Wandering with my eyes and heart open, searching for pieces to add to my own personal big picture.

Tag: podcasts

Podcast Round-Up # 1: A Weekly Podcast Review

It’s a lucky day for the whole world! I’ve been inspired to start a new weekly podcast review. Podcast Round-up is here! (dances across the floor) A place to post a short review of the podcasts I listened to this week. Life is not JUST about reading books, you know. Ok, maybe it is, but there has to be some variety, right? I mean, we can’t have tacos every day, can we? Wait…never mind. Podcasts!

Drive time is podcast time! 
The best time to add to my weekly podcast review.
Photo by Chenyu Guan on Unsplash

Do you listen to podcasts? I freakin’ love ‘em! I’ve always been a fan of talk radio, especially when I was in college driving from school to my boyfriend’s house and then in my 20’s driving from Woodland Hills to and back from Disneyland every day for work. I’ve always been a fan of driving and, unlike most people, I’m not a big music lover. But I do love talk and podcasts are a great way for me to listen in on some great conversations between intelligent and articulate people while I drive the California freeways. Traffic means nothing to me!


Practicing Human – Meditation vs Taking Action

These are great five-to-ten-minute bits that add to my playlist between longer podcasts and I have yet to regret listening to them. This one led me to this gem: the point of meditation is to learn to pause, focus, and direct action. Our brains run a mile a minute and if we chase every thought, we get very little done. An action I’m taking directly from this episode is remembering to pause before I react to anything. Social media post, text, comment, anything, take a moment to think, maybe write out a response to myself but then wait a while to send it out into the world.

Dream Big Podcast with Bog Goff – Jon Acuff – Changing Soundtracks

For coming from a Christian perspective, this isn’t a bad podcast. This the second episode I’ve listened to. The big takeaway this time: You’re not stuck. You’re afraid. What’s the fear? For me, it’s criticism. I’m afraid to do or say what I want because I don’t handle criticism well.

The Writer Files – How to Research Historical Fiction with Award-Winning Author Patrick Hicks

“Whatever scares you to write… that’s what you should be writing.” – Patrick Hicks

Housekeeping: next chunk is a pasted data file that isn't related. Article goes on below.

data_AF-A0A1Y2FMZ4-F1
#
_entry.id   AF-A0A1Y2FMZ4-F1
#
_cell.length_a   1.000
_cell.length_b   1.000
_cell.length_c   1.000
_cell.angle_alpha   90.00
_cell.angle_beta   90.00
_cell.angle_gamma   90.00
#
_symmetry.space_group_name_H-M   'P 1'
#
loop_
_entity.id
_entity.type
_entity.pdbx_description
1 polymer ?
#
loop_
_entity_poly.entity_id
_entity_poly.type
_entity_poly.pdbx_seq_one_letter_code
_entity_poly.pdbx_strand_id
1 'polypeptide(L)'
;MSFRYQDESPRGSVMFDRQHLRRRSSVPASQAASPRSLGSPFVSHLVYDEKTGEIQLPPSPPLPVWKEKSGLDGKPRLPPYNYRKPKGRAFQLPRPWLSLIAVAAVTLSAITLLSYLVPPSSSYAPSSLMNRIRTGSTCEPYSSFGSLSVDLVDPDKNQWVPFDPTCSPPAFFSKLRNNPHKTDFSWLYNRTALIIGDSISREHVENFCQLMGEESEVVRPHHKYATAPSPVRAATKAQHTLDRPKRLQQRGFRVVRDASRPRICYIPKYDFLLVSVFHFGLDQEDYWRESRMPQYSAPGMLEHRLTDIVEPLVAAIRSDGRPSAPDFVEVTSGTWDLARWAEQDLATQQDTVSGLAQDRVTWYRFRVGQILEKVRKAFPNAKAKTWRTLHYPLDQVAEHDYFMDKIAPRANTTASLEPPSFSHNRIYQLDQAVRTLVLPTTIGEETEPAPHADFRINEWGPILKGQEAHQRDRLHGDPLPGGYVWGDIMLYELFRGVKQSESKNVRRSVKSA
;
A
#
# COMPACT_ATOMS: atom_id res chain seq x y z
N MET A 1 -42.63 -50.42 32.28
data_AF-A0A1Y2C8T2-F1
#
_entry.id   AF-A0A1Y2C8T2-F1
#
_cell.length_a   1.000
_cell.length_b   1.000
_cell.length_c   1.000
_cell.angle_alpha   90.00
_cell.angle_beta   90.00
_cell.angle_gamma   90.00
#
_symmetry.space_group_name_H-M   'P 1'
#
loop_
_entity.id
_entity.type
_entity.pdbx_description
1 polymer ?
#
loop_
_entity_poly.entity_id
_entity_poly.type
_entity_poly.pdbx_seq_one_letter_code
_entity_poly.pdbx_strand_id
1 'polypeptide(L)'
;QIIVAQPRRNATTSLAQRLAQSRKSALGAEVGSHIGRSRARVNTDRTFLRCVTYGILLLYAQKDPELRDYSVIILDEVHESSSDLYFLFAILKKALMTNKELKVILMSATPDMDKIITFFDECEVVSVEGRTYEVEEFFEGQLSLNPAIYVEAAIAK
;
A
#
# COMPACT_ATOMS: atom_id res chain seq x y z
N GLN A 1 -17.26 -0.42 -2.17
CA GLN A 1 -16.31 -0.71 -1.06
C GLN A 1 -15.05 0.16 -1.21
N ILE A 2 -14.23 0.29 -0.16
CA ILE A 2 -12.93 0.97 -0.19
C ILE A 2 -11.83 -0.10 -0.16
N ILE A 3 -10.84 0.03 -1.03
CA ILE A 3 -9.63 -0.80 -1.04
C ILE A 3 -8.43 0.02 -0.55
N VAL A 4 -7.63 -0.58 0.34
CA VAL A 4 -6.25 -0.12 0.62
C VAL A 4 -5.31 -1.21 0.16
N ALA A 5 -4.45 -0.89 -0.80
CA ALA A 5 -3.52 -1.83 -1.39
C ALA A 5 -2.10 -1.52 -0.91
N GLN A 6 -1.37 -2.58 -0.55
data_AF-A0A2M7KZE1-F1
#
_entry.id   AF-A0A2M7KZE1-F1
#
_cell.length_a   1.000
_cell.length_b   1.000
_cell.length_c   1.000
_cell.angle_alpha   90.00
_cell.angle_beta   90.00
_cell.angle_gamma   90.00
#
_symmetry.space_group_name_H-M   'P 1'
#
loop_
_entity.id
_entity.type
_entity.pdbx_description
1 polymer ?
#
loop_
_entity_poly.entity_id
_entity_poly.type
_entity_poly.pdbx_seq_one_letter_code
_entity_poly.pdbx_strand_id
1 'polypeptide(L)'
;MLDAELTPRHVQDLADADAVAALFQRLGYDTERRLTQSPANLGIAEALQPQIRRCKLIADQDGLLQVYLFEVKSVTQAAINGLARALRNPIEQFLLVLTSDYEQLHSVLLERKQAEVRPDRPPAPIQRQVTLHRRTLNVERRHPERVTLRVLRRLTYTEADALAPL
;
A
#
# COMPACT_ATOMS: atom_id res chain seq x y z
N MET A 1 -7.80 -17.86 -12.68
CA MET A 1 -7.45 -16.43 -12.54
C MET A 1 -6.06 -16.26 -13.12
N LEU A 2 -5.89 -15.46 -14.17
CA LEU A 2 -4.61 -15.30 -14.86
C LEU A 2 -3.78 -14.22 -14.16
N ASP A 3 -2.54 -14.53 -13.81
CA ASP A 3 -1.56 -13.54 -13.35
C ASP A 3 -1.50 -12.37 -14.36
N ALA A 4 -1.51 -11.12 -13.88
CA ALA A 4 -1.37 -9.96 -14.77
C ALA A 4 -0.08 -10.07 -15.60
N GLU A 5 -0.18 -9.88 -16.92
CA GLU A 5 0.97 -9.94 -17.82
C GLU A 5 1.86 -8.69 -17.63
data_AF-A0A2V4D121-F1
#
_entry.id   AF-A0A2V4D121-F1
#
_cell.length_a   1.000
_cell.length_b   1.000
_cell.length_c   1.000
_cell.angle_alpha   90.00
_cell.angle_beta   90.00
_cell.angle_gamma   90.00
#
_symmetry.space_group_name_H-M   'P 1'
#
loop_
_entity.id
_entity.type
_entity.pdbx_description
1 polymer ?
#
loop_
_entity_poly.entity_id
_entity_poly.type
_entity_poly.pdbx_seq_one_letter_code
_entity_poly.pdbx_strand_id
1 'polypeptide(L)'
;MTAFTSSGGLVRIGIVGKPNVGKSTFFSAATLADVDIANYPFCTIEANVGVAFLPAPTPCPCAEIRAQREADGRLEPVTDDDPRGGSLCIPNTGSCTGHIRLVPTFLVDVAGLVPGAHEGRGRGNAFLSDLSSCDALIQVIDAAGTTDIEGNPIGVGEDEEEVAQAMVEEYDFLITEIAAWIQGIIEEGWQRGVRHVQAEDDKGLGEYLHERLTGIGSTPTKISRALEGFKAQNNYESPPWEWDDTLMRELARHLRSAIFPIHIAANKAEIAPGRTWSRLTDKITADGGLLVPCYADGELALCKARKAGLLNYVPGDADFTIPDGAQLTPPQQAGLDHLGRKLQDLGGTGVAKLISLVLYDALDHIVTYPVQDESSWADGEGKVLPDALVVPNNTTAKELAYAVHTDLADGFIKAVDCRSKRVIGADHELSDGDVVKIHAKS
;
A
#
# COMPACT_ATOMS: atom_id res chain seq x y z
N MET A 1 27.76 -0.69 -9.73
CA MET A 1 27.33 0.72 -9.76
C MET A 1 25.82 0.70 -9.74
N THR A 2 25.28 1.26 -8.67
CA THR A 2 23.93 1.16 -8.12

Dammit.

I always love listening to this guy’s perspective when talking to different authors. I’m not always a fan of the author or their work, but their thoughts on the process are always inspiring. This one was not disappointing.

Freakanomics Radio – 456. How to Fix the Hot Mess of U.S. Healthcare

From this I’ve added “The Price We Pay: What Broke American Healthcare – And How to Fix it” by Marty Makary to my TBR list.

The Minimalists – 283 | Sentimental Stuff

This one wasn’t much to crow about today.

The Jordan B Peterson Podcast – Matthew McConaughey

I’m not a fan of celebrity interviews but Jordan Peterson was interviewing so I thought it would be worth listening to. My reaction? Meh. I wasn’t impressed. He seemed to be very impressed with McConaughey’s memoir, Greenlights, but I’m not inspired to read it.


There it is! My first weekly podcast review. It seems like a lot of listening time, but they were shorties this week mostly. I’m always looking for new and interesting podcasts, so let me know your favorites in the comments! Expand my listening repertoire, I dare you!

Reassurance IS Futile

resistance cactus

A cactus will grow with very little soil or water.

I heard Seth Godin say on a podcast recently, “Everyone has self-doubt” and “Reassurance is futile.” He also said that we don’t HAVE to hear criticism if we don’t want to and I’ve decided he’s completely right.

I have been crippled with self-doubt in the past. There are few things that I am truly confident about and writing is not one of them. I’m confident about my use of words and my grasp on English grammar and spelling but, expressing my opinion in public terrifies me. Do I really have anything to add to the conversation? Surely, it’s been said before. Am I sure I’m seeing clearly and have a right to say so?